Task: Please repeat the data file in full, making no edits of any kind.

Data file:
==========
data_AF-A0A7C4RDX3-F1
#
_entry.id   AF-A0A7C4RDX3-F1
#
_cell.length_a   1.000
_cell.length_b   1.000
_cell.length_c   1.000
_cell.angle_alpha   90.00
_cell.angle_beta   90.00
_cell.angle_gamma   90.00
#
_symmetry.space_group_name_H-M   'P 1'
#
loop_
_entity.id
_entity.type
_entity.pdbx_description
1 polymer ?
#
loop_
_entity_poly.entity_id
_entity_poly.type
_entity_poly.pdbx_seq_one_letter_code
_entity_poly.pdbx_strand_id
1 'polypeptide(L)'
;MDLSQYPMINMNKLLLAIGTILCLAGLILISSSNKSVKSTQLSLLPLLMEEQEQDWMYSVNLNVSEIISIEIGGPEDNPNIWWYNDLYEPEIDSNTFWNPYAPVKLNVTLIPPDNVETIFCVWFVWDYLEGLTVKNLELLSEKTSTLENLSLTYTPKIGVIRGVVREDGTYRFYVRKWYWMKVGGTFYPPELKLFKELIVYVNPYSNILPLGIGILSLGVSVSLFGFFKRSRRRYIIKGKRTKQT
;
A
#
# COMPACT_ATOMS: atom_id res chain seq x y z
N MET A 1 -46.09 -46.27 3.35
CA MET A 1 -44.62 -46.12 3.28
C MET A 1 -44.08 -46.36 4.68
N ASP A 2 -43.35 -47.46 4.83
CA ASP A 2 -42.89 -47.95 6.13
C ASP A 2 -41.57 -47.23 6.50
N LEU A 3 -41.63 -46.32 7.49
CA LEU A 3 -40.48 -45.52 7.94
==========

data_AF-A0A7C4RDX3-F1
#
_entry.id   AF-A0A7C4RDX3-F1
#
_cell.length_a   1.000
_cell.length_b   1.000
_cell.length_c   1.000
_cell.angle_alpha   90.00
_cell.angle_beta   90.00
_cell.angle_gamma   90.00
#
_symmetry.space_group_name_H-M   'P 1'
#
loop_
_entity.id
_entity.type
_entity.pdbx_description
1 polymer ?
#
loop_
_entity_poly.entity_id
_entity_poly.type
_entity_poly.pdbx_seq_one_letter_code
_entity_poly.pdbx_strand_id
1 'polypeptide(L)'
;MDLSQYPMINMNKLLLAIGTILCLAGLILISSSNKSVKSTQLSLLPLLMEEQEQDWMYSVNLNVSEIISIEIGGPEDNPNIWWYNDLYEPEIDSNTFWNPYAPVKLNVTLIPPDNVETIFCVWFVWDYLEGLTVKNLELLSEKTSTLENLSLTYTPKIGVIRGVVREDGTYRFYVRKWYWMKVGGTFYPPELKLFKELIVYVNPYSNILPLGIGILSLGVSVSLFGFFKRSRRRYIIKGKRTKQT
;
A
#
# COMPACT_ATOMS: atom_id res chain seq x y z
N MET A 1 -46.09 -46.27 3.35
CA MET A 1 -44.62 -46.12 3.28
C MET A 1 -44.08 -46.36 4.68
N ASP A 2 -43.35 -47.46 4.83
CA ASP A 2 -42.89 -47.95 6.13
C ASP A 2 -41.57 -47.23 6.50
N LEU A 3 -41.63 -46.32 7.49
CA LEU A 3 -40.48 -45.52 7.94